Interpreting slip transmission through mechanically induced interface energies: a Fe–3%Si case study

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© 2018, Springer Science+Business Media, LLC, part of Springer Nature. Nanoindentation experiments are performed at the vicinity of grain boundaries, in Fe–Si tricrystals, to illustrate the existence of a critical stress at which slip transmission occurs across grain boundaries. Such a critical stress can be considered as a grain boundary yield stress and can be quantified within the framework of conventional gradient plasticity theory, enhanced by introducing a new mechanically induced “interface energy” term. The present study takes a first step in trying to provide a physical interpretation for this “far from thermodynamic equilibrium” interface energy term by conducting nanoindentation tests in three Fe–3wt%Si tricrystals, each of which had three distinct types of grain boundary misorientations, namely 22.5°, 42.0° and 44.6°. By relating the experimentally measured grain boundary yield stress to the predictions of interfacial gradient plasticity, it is possible to determine the interface parameter (ξ), which provides a measure of the resistance to slip transmission for each grain boundary examined. In particular, microscopic arguments from standard dislocation theory reveal that ξ depends on both the grain interior properties and the grain boundary structure. The internal length is shown to depend on multiple characteristic lengths of the microstructure, while a new expression is deduced for relating the Hall-Petch slope to both the interface parameter and internal length.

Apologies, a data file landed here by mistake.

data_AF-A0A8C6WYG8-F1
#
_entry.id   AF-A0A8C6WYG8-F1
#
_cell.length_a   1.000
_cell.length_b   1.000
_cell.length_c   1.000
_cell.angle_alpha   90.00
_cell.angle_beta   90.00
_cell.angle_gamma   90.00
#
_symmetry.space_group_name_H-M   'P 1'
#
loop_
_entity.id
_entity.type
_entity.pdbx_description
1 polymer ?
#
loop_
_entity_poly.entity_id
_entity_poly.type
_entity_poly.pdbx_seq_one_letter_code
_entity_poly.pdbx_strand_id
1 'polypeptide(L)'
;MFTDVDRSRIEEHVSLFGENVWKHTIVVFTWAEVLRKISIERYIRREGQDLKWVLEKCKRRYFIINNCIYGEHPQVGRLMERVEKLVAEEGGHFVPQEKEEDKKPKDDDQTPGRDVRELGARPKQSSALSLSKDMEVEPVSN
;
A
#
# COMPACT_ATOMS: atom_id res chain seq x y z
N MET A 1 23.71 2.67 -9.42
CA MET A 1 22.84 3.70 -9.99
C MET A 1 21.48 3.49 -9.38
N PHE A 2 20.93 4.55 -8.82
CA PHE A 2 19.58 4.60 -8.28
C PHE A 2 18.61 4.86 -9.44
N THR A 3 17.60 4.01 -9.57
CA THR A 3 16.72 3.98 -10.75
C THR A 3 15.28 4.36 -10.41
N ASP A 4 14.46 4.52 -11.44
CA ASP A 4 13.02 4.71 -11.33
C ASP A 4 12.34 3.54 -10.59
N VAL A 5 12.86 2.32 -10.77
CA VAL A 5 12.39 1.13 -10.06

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Journal of Materials Science